Covid-19 Research Shows That Hypertension and Diabetes Delay Viral Clearance In Infected Patients And Also Cortisone Usage
: A new study by researchers from the Zhongnan Hospital in Wuhan lead by Dr Chen Xiaoping has showed that Covid-19 patients with underlying disease like Diabetes and Hypertension have a worse prognosis once infected with Covid-19. https://www.medrxiv.org/content/10.1101/2020.03.22.20040774v1.full.pdf+html
The study involved 106 patients from Zhongnan Hospital between January 5th
to February 25th
. The study involved looking at underlying diseases that contribute the most to aggravate the conditions of COVID-19 patients. SARS-CoV-2 viral clearance is a golden standard for defining the recovery of COVID-19 infections.
The study found that increasing age, male gender, and angiotensin-converting enzyme 2 (ACE2) associated factors (including hypertension, diabetes, and cardiovascular diseases) adversely affected the viral clearance.
Furthermore, analysis by a random forest survival model pointed out hypertension, cortisone treatment, gender, and age as the four most important variables.
The study concluded that patients at old age, males, and/or having diseases associated with high expression of ACE2 will have worse prognosis.
COVID-19 most often displays as fever, cough and mild fatigue, sometimes also dyspnea, 73 myalgia and severe anorexia, and may develop into critical respiratory failure that sometimes becomes fatal.
It has been shown that severe COVID-19 often occurred in patients with diabetes, hypertension or other comorbidities. In COVID-19 patients with underlying diseases, a very high case fatality rate (73.3%) has been observed.
However, how these comorbidities affect the COVID-19 prognosis is not yet understood. Potential factors might be that these comorbidities directly accelerate the damage of target tissues or that they favour the virus life-cycle during a SARS-CoV-2 infection.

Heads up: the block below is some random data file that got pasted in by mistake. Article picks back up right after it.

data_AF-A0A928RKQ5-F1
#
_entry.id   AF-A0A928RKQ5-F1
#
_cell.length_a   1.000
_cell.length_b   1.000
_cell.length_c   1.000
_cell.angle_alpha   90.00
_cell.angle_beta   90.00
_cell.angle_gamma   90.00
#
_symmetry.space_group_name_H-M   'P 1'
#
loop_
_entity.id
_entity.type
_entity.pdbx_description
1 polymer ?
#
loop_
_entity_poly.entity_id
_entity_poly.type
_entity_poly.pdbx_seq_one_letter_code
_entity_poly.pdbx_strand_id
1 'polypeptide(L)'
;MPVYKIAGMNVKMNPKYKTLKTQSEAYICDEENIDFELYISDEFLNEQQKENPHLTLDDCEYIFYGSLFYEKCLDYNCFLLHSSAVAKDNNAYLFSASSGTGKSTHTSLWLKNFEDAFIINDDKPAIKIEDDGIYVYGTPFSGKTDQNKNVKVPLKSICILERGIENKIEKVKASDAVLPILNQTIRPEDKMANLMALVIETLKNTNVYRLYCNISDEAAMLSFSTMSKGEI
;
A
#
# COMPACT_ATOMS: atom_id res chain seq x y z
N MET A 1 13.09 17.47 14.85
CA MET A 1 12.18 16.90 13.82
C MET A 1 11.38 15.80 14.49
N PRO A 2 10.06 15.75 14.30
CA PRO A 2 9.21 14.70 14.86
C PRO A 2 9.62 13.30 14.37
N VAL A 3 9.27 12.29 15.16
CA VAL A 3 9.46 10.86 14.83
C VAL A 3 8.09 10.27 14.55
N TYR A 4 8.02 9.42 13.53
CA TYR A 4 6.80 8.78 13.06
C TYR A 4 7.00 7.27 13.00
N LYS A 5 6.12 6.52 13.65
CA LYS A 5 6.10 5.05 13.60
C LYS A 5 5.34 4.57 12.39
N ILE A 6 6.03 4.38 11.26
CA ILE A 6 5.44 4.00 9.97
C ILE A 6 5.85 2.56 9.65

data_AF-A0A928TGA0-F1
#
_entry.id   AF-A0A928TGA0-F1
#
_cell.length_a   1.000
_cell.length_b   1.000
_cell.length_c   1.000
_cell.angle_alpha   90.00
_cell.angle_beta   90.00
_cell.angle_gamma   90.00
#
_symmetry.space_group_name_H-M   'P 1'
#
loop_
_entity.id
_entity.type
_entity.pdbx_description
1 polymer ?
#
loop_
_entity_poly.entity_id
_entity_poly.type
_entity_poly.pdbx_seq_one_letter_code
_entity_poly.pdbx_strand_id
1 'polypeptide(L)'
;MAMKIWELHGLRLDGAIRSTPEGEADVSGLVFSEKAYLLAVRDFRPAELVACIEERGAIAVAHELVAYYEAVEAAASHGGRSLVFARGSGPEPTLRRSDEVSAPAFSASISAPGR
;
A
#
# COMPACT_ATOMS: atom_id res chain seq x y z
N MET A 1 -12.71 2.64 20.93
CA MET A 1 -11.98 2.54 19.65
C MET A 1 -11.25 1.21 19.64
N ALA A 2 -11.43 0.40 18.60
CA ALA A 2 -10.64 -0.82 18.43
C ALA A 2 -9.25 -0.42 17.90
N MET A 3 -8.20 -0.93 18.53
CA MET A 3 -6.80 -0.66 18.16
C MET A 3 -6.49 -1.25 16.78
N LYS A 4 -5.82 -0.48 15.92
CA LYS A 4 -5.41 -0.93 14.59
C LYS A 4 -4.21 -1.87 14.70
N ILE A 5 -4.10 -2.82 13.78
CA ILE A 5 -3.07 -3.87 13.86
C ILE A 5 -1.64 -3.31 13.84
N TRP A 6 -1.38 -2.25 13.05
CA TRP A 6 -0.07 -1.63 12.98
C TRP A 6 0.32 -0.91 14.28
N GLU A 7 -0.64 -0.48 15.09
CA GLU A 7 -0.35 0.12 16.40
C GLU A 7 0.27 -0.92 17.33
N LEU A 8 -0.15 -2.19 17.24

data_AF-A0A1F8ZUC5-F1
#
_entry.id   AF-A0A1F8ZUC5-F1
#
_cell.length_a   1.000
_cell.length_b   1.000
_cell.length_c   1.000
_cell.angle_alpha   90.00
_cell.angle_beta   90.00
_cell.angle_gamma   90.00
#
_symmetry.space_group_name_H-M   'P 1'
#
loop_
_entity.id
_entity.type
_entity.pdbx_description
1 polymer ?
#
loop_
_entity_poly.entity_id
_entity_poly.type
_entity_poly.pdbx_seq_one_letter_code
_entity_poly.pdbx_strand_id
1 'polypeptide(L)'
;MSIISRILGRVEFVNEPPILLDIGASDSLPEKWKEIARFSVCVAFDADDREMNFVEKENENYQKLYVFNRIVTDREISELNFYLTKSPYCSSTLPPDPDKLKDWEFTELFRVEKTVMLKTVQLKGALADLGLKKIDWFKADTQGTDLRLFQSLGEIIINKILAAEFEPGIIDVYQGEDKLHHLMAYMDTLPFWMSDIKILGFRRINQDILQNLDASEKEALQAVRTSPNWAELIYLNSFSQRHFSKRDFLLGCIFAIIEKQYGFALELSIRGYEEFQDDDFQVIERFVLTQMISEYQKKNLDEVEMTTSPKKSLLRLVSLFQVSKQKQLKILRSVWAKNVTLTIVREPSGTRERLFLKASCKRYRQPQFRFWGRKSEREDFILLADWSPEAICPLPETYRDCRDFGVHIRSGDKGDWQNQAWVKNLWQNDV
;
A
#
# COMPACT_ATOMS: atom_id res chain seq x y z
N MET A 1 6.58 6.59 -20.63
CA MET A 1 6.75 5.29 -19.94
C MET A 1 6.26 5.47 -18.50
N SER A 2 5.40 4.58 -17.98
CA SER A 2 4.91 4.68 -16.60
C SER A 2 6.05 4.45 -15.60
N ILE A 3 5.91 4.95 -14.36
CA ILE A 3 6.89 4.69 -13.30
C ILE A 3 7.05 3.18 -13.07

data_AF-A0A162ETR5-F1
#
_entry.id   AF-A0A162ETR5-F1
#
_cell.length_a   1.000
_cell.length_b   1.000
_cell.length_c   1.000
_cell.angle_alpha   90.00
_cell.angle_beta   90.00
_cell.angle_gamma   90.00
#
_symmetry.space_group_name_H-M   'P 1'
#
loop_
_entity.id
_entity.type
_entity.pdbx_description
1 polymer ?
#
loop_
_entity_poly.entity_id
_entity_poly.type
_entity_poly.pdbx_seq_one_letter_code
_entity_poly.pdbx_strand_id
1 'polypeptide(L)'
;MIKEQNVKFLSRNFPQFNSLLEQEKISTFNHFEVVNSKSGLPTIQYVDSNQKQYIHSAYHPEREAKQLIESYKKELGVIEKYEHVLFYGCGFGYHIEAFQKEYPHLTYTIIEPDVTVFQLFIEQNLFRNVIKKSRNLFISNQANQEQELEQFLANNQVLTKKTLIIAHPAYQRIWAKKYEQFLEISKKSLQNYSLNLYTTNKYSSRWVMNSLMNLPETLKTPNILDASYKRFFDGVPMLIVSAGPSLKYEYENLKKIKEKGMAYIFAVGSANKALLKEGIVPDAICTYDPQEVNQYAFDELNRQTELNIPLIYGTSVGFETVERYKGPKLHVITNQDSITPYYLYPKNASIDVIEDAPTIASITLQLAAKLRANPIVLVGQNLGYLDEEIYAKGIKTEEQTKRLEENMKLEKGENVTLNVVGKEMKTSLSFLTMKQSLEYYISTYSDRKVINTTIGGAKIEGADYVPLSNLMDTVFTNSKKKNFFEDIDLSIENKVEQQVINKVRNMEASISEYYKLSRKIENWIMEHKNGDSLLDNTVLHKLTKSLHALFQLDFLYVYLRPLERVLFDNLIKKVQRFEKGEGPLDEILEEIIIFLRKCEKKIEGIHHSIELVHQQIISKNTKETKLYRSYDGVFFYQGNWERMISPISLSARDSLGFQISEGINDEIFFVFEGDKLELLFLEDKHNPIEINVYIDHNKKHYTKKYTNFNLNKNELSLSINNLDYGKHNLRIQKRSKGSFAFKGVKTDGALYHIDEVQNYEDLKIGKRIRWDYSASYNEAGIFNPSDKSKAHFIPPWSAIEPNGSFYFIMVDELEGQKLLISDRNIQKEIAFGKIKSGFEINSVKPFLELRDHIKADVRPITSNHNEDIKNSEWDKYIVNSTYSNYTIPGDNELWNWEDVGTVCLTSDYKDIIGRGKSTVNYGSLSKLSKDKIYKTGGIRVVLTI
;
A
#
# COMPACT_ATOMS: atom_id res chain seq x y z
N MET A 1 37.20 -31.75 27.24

The study showed was found that chronic diseases including diabetes and hypertension deteriorate the clearance of SARS-CoV-2 from the body.
It must also be noted that the usage of cortisone had unexpectedly a negative effect on the process of viral clearance, although cortisone was commonly used in the SARS patients. It is possible that cortisone was targeted at particularly severe cases, which may have confounded the results.
Compared to SARS, the outcome of using corticosteroids in COVID-19 patients is still unclear. Given that corticosteroids as immune-modulators that can decline circulating specific B- and T-cell subsets, the researchers’ modelling, show that the usage of cortisone would not be recommended.
An earlier Scottish study published in the Lancet also warned against the usage of steroids for Covid-19 treatments.https://www.thailandmedical.news/news/warning-scottish-researchers-warn-against-using-steroids-for-any-treatment-protocols-for-coronavirus-as-it-could-do-more-harm
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